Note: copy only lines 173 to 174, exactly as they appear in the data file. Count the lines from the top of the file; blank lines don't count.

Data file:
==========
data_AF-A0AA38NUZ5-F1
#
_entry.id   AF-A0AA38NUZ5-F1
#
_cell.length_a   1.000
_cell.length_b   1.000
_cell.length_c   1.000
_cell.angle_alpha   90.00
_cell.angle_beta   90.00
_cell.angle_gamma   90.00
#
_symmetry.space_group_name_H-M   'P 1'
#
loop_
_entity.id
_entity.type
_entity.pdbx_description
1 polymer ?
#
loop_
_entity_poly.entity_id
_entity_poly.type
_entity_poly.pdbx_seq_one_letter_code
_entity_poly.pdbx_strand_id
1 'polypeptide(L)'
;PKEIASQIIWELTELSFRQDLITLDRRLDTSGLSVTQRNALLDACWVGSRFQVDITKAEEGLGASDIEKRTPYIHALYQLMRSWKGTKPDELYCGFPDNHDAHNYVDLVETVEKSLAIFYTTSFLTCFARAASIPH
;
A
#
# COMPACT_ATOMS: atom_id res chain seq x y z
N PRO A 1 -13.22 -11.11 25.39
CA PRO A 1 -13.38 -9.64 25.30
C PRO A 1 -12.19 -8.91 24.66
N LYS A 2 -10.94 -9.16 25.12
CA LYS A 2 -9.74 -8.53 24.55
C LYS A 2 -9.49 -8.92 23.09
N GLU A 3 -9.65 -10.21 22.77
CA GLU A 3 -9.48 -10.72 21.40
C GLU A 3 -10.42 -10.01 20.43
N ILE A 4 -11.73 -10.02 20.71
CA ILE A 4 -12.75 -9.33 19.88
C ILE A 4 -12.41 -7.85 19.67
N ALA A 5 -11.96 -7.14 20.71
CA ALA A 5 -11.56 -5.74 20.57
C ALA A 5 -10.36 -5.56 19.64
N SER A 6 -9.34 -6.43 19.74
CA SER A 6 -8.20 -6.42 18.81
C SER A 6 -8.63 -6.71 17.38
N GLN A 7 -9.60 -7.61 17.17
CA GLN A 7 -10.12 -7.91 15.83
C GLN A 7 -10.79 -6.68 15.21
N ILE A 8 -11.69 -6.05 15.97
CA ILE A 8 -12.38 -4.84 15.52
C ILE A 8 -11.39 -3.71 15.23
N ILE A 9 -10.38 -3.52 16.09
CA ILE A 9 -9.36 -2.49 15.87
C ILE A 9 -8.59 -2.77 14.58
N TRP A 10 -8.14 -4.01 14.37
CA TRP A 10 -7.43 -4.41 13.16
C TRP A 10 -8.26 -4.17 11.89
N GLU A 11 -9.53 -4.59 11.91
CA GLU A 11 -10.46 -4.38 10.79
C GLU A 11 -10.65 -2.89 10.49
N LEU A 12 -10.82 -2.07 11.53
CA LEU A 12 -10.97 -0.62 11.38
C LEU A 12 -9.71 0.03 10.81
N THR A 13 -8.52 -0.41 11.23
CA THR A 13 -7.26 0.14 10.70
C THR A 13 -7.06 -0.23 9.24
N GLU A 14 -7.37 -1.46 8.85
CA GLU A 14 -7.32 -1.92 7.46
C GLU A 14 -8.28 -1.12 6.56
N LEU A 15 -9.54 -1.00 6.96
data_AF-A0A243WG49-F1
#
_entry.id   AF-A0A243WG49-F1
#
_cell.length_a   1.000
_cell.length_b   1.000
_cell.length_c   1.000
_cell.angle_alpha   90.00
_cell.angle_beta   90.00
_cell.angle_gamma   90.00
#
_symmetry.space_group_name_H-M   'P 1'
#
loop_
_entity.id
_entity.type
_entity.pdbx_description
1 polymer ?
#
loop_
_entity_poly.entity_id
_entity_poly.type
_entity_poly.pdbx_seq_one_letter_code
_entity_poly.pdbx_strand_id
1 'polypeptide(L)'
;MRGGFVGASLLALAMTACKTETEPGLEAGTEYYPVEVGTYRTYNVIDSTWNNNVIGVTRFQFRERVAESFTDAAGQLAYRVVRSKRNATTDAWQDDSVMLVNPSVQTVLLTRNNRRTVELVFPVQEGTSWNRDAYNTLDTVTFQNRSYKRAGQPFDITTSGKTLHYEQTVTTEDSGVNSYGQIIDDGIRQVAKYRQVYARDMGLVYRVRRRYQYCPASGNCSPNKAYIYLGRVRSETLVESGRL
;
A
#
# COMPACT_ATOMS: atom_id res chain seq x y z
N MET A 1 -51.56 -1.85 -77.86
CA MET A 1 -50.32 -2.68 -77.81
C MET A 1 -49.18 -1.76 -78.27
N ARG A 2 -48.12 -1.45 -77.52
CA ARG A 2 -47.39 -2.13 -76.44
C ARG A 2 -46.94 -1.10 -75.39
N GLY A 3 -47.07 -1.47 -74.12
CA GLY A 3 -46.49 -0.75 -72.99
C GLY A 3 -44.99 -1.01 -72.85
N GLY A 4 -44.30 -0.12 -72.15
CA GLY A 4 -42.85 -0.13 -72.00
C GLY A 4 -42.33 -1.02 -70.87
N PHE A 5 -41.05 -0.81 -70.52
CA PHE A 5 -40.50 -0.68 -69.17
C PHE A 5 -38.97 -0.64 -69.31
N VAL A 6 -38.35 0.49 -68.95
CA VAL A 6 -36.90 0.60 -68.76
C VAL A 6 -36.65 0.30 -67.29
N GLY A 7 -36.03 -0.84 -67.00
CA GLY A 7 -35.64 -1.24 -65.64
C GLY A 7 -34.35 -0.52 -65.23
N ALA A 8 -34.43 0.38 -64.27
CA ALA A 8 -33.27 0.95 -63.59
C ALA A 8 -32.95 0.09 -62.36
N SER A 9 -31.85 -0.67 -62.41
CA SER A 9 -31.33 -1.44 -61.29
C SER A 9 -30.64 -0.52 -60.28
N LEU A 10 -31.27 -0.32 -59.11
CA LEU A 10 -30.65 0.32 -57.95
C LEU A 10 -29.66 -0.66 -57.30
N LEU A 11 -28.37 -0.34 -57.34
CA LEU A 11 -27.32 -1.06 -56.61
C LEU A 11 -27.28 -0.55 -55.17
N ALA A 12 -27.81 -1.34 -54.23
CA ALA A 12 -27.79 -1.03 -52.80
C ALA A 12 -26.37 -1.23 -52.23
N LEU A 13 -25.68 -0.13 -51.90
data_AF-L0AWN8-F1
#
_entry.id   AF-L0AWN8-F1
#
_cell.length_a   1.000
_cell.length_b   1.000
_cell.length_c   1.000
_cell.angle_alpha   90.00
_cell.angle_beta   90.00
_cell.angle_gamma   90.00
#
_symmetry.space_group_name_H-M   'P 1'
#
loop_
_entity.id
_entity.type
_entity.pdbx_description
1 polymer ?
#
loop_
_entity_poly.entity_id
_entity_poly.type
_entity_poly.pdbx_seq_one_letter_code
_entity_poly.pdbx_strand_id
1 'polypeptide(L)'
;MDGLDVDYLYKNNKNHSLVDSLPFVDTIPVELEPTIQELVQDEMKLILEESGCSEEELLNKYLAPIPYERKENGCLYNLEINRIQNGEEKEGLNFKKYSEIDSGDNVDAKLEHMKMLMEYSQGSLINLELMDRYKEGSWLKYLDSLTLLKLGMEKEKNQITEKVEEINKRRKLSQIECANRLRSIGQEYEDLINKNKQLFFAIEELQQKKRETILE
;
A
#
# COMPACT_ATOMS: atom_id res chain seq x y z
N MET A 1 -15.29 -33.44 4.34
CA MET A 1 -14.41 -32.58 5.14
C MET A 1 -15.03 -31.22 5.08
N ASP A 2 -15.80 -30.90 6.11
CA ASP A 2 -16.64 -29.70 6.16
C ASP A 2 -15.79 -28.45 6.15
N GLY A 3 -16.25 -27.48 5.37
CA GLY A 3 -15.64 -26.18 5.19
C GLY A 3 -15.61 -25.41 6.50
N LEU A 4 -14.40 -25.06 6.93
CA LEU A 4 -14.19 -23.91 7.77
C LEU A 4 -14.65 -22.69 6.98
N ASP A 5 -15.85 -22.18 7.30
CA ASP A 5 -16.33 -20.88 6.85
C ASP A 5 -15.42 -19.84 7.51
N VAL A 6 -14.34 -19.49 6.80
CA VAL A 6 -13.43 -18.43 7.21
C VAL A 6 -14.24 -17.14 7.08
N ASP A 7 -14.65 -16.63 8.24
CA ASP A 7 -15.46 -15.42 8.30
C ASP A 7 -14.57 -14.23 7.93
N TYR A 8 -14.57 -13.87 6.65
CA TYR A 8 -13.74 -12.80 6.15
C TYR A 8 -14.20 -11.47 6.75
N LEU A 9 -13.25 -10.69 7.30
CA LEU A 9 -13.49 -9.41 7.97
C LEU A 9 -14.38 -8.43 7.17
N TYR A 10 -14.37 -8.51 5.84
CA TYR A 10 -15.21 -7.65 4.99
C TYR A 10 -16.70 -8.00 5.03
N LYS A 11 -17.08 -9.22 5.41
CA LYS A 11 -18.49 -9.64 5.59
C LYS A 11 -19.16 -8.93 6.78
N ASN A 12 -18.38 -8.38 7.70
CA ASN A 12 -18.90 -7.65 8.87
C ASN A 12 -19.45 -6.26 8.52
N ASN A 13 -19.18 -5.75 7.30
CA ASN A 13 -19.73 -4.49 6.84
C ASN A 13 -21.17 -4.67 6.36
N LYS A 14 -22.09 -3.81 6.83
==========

C MET A 1 -15.03 -31.22 5.08
N ASP A 2 -15.80 -30.90 6.11